|Should you go?|
|Time spent||29 minutes|
|Best thing I saw or learned||The 1997 redesign of the lounge of my freshman dorm at Columbia is a noteworthy recent project of an African American architect/designer. Feels like damning with faint praise.|
The Center for Architecture claims to be “the premier cultural venue for architecture and the built environment in New York City.” I can’t say that I was all that impressed with it.
The main exhibit on when I visited was a prime example of a show that would’ve been far, far better as a monograph or website than something you have to go see in real life. In theory, a show about post-colonial African architecture could be really interesting. Projects that worked well versus ones that failed, ones by African architects versus Euro-American ones. There are lots of interesting things to say. This show doesn’t do any of that. It just throws something like 80 projects at you, arranged roughly by country. Each project gets summed up in a brief text and some photos, put into a shallow wooden box and hung on the wall, along with all the others.
It would be like me printing out these museum reviews and putting them in boxes in and hanging them on the walls of my apartment for you to come here and see them in person. Not that I’m going to do that.
I lost patience with it very quickly. Shows of architecture have this problem — if they can’t get models or original drawings, they tend to be boring. But this was particularly egregious.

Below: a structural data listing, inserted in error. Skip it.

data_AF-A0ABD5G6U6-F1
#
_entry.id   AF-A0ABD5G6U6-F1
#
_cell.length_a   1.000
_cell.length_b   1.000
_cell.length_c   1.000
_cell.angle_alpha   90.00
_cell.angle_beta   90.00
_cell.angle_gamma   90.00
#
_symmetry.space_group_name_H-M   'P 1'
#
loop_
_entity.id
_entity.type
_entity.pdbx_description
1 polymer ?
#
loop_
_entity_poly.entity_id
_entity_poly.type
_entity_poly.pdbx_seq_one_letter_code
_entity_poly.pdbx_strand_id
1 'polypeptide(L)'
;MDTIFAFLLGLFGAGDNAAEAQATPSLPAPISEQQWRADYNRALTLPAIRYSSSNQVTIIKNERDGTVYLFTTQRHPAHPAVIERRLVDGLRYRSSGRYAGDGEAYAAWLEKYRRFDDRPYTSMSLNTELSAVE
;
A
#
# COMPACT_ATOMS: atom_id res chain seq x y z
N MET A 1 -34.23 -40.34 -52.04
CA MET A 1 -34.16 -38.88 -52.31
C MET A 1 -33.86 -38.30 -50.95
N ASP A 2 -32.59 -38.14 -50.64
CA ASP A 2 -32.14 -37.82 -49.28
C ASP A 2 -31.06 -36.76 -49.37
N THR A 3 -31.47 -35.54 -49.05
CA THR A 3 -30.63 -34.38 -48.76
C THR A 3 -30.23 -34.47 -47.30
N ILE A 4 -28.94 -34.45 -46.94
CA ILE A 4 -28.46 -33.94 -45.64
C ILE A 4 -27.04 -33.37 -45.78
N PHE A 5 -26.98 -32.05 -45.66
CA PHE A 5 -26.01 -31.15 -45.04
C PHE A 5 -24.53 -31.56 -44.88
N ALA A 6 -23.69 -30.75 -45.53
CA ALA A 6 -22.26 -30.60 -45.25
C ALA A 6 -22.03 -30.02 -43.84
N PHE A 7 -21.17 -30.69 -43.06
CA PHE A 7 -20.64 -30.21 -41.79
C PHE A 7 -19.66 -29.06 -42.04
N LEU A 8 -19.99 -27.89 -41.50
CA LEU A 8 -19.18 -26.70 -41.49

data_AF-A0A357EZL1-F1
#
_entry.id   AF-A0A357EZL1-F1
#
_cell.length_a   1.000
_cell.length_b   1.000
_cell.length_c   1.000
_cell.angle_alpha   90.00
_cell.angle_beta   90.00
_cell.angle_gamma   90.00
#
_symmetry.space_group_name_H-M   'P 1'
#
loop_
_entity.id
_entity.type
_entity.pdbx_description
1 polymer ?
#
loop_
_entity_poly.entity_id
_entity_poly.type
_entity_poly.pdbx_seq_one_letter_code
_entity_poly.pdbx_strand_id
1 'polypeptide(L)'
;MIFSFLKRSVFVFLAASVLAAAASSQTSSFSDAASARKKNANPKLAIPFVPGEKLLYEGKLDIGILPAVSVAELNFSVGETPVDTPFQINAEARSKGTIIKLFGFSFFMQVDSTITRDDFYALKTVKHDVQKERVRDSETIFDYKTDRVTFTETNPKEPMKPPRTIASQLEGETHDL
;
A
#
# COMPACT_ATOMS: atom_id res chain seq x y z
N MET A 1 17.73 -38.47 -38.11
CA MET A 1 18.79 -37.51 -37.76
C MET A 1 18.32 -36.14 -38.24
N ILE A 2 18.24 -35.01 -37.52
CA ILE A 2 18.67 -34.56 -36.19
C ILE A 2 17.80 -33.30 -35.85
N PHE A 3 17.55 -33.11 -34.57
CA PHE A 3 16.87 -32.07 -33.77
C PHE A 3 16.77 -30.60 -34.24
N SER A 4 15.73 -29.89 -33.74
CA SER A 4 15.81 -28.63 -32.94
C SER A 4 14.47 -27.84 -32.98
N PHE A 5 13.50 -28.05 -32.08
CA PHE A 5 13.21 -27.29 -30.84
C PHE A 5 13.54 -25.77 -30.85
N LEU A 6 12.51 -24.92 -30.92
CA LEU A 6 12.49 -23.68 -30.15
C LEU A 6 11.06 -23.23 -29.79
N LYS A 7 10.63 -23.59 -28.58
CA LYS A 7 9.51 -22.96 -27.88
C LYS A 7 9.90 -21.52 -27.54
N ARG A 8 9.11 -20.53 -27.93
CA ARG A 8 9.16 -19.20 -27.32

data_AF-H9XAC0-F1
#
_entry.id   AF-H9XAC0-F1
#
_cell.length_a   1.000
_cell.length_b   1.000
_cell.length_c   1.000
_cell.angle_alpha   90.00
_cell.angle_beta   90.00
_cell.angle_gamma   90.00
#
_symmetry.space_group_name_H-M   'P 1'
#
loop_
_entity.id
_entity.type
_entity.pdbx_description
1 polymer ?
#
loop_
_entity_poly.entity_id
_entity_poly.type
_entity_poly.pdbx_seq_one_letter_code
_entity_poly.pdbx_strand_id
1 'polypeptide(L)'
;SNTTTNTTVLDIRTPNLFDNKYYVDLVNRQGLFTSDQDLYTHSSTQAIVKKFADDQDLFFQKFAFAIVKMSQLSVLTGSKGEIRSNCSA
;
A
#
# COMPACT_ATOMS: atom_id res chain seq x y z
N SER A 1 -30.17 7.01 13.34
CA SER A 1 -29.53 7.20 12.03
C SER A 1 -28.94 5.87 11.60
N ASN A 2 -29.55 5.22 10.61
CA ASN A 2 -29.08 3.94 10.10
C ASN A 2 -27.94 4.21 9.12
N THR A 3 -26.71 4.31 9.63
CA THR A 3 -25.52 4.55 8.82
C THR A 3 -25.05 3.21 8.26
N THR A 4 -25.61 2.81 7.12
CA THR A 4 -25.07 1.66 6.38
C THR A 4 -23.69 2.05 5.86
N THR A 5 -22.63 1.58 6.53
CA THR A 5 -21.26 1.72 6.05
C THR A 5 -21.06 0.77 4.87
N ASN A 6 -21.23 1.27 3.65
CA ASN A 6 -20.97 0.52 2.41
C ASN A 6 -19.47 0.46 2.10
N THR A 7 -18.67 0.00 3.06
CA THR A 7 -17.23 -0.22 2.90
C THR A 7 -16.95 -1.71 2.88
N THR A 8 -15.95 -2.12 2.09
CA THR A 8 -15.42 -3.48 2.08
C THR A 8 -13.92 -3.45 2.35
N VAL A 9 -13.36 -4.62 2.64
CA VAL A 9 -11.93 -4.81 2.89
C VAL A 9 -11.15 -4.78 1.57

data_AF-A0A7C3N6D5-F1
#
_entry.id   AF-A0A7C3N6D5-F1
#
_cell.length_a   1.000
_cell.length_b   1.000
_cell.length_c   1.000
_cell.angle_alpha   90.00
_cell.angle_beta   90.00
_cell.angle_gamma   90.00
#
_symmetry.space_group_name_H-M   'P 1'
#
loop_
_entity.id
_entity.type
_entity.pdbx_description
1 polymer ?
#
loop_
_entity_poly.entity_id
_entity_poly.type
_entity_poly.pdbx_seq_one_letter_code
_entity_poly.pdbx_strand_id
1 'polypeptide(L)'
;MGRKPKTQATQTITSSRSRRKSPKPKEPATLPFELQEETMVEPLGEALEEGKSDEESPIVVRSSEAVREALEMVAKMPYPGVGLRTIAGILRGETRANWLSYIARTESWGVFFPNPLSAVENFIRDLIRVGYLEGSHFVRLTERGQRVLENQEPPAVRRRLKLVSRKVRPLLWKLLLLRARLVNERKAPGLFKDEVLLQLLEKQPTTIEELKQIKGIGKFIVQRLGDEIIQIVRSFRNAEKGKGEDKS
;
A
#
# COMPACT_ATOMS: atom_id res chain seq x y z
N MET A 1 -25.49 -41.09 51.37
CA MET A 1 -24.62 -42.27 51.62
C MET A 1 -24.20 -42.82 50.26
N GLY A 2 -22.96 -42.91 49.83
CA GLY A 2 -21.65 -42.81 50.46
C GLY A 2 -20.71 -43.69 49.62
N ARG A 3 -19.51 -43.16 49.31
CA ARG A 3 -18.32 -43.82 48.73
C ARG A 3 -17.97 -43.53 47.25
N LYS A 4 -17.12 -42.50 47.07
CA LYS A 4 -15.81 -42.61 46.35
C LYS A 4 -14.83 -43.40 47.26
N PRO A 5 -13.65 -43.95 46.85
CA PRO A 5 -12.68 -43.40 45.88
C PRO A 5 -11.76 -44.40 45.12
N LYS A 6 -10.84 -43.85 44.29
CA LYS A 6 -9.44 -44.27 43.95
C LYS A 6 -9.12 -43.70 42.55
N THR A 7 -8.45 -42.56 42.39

Adding insult to injury, there were basic factual errors. A random box I looked at, on the National Assembly of Zambia, was pretty cool until the text claimed “The National Assembly of Zambia is probably the only parliament in the world, where its members share the floor with a tiger and a lion.” Which is ridiculous since tigers don’t live in Africa. Looking at the picture, it’s obviously a leopard. If the text can’t get basic felines right, how can I trust it on anything else?
If this is typical of what the Center for Architecture does, I can’t recommend going.
The second show was called “Say it Loud’ about architecture projects by African-Americans. Good topic, but again, it ended up being a ton of little squares of text and photos to look at on the wall. Really un-engaging. Theoretically there was some video of African American architects talking about their philosophy, why they got into architecture, etc., but it wasn’t running when I visited.
And the last show was a bit of an architectural fantasy — if you were going to design the summer house for Frederic Church’s Olana (in Hudson, NY), what would you design? At least this had some primary-ish documents. It was sort of visually interesting.
Overall the space at the Center for Architecture is interesting. A ground floor and two basement levels, including a space that looked like it was set up for a St. Patrick’s Day movie screening. It’s pretty small, so they are limited in what they can do. Even still, if I was looking for shows on architecture, I’d go to MoMA and the Skyscraper Museum before this place.
|Address||536 LaGuardia Place, Manhattan|
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